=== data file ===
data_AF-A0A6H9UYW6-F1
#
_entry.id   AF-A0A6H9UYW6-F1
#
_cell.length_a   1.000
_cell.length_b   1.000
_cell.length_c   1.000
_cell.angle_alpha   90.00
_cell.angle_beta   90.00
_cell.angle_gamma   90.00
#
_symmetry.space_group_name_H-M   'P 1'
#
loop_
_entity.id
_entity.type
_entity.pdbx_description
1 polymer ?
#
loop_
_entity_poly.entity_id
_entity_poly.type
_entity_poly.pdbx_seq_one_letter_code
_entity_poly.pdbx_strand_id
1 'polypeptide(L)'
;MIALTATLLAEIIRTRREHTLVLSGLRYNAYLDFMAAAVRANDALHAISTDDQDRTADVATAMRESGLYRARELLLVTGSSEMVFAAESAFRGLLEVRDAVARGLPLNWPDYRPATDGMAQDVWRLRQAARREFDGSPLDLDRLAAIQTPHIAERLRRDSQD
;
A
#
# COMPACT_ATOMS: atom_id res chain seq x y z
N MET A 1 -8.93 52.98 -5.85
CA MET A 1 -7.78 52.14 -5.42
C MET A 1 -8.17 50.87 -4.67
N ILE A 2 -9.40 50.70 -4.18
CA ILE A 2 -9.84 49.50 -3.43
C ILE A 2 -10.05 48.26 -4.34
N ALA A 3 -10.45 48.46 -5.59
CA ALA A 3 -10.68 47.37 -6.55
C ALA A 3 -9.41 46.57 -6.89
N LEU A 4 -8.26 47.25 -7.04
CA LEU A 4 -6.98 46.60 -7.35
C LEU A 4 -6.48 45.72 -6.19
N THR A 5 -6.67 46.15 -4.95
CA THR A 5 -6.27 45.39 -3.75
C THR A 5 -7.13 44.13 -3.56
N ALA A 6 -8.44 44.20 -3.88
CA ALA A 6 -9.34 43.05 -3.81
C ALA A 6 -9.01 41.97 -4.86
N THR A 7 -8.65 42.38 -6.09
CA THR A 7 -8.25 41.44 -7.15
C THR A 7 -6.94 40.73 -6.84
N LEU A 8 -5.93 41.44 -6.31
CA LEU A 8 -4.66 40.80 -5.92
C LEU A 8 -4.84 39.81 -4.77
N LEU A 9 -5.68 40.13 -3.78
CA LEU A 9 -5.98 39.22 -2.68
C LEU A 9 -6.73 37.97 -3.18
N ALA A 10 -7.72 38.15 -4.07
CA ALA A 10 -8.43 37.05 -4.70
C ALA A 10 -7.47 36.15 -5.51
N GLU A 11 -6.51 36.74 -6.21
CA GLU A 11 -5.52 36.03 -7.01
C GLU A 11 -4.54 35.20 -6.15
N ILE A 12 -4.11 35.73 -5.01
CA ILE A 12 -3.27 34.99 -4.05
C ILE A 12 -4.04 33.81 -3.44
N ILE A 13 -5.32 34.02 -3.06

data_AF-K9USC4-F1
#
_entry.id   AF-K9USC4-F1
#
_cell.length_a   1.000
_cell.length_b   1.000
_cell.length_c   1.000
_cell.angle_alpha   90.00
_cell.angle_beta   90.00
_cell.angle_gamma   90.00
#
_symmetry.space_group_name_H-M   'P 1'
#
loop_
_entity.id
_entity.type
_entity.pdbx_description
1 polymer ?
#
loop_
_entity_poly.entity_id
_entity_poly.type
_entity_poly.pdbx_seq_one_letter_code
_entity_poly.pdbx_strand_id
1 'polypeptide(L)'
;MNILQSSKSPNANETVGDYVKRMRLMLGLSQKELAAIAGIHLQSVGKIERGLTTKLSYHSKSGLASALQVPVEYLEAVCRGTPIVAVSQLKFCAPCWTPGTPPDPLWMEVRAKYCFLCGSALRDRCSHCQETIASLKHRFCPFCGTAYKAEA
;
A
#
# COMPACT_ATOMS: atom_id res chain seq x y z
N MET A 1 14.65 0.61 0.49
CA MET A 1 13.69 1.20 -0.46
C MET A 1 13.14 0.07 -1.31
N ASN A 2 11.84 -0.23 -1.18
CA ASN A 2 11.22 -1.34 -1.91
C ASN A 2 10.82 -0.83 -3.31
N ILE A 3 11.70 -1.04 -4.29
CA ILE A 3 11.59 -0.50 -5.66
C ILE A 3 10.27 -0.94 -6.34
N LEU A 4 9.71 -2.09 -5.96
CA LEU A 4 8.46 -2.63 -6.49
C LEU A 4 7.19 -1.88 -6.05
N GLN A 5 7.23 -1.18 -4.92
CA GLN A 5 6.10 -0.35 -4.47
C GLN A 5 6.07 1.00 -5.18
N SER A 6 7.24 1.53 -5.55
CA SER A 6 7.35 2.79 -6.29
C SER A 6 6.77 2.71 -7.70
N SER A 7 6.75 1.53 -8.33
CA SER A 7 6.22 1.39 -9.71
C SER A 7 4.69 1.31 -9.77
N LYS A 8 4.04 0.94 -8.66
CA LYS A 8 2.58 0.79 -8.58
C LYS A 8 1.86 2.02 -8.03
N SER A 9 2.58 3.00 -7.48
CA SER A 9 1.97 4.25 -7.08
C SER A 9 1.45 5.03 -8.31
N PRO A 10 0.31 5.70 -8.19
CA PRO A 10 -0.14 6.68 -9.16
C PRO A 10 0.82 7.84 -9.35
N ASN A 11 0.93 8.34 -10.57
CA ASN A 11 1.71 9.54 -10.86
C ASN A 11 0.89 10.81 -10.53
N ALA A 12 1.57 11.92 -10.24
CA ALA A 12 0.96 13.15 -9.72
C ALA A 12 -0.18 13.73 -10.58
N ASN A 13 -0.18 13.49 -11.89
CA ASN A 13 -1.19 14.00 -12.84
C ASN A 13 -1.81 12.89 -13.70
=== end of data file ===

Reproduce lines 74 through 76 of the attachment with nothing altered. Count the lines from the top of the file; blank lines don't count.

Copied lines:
_cell.length_c   1.000
_cell.angle_alpha   90.00
_cell.angle_beta   90.00